Communication between Neurons: The Synapse
Communication within neuron = electrical, communication between neurons = chemical
Axodendritic: axons that form synapses with dendritic spines
Axosomatic: axons forming synapses with the soma of the neurons
Dendrodendritic synapses: dendrites form synapses with other dednrites
Axoaxonic synpases: axons for synapses with other axons
Terminal button of axon contains small packages of neurotransmitters (vesicles) located next to active
zones )protein accumulation on membrane that allow vesicle to deposite its contents into synapse)
- Action potential causes Ca2+ channels to open and calcium rushes into neuron.
- exocytosis: increase of Ca2+ causes neurotransmitter to be released into synapse membrane.
vesicle fuses with active zone (axonmal membrane) results in opening in vesicle allowing
neurotransmitter to flow into synapse
post synaptic = neurotransmitter binds to protein embdedded in the postsynaptic membrane (receptor)
- receptors are neurotransmitter specific (key and lock)
2 types of receptors in postsynaptic membrane:
- transmitter-gated ion channels/ionotropic: control ion channel. When neutrotransmitter binds
here it either opens or closes and changes ionic concentrations. Often in situations with fast
o function depends on ion. If receptor controls channel permeable to Na+ then it will
depolarize dendrite (excitatory postsynaptic potential EPSP).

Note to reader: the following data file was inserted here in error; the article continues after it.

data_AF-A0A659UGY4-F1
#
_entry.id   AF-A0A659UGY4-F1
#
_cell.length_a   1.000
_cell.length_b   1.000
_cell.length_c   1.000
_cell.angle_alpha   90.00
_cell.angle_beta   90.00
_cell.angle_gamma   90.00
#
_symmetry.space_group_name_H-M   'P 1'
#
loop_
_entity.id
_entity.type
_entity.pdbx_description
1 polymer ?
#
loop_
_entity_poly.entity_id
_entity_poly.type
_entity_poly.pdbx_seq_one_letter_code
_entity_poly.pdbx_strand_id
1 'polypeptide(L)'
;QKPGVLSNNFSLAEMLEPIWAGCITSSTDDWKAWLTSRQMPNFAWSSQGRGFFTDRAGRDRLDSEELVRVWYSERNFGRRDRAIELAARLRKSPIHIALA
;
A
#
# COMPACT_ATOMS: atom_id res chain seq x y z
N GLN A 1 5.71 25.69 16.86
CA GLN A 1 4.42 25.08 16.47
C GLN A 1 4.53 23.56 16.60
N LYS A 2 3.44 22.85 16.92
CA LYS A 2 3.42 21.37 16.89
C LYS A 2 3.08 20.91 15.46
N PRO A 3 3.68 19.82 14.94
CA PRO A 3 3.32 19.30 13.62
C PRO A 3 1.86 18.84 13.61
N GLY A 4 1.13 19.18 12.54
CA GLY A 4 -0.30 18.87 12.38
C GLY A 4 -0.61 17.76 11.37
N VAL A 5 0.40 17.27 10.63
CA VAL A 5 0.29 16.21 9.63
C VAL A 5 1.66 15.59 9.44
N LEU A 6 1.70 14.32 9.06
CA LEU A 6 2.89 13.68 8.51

o If receptor controls channel permeable to chloride, it would hyper polarize dendrite
(inhibitory postsynaptic potential IPSP)
- G-protein-coupled receptors/ metabotropic: slower, more diverse responses. Occur more
o neutrotransmitter binds to receptor, subunit of G-protein beraks away and binds to ion
channel or triggers synthesis of other chemicals.
o Can result in IPSPs or EPSPs or ersult in changes in gene expression
Presynaptic = autoreceptors. Metabotropic and are in presynaptic cell membrane and bind
neurotransmitter lreased. Regulates and monitors amount of neurotransmitter in synapse
Neurotransmitter must break away and go back to synapse. 2 mechanisms for this
- Reuptake – more common. Presynaptic neuron reabsorbs neurotransmitter and repackaiging in
- Enxymatic degradation - neirtransmitter breaks down into inactive for by enzyme in synapse
Small molecule: acetylcholine, monoamines, soluable gases, amino acids. Faster responses
Large molecule: eg. Neuropeptides. released diffusely, activating metabotropic recptors and produce
meatbolic or genetic alterations within neuron. Slower, longer-lasting ersponses.
Acetylcholine (Ach) . cholinergic neurons release this. Used by all motor neurons in CNS.
- synthesized by enzymatic conversion from choline.
- Ach is deactivated into choline and acetic acid by acetylcholinesterase (AchE) - Fast degredation and choline reabsorbed presynaptically
- Drugs that inhibit AchE prevent breakdown of ACh = insecticides and nerve gases. Decreases
heart rate, blood pressure, respiration and death
- 2 types of Ach
o Muscarinic: metabotropic receptor. Found in brain and cardiac and smooth buscle
o Nicotinic: ionotropic, excitatory and can be blocked by poson. Found in striated muscles.
Few location in brain
Monoamines derived from single amino acid. 2 groups
- Tryptophan (indoleamines)
o Serotonin – 5-HT. Involved in eating, sleep, emotional behaviour. Rare in nervous
system. Antidepressants affect rate of reabsorbtion.
- Tyrosine (catecholamines)
o Norepinephrine NE
o Epinephrine E
o Dopamine DA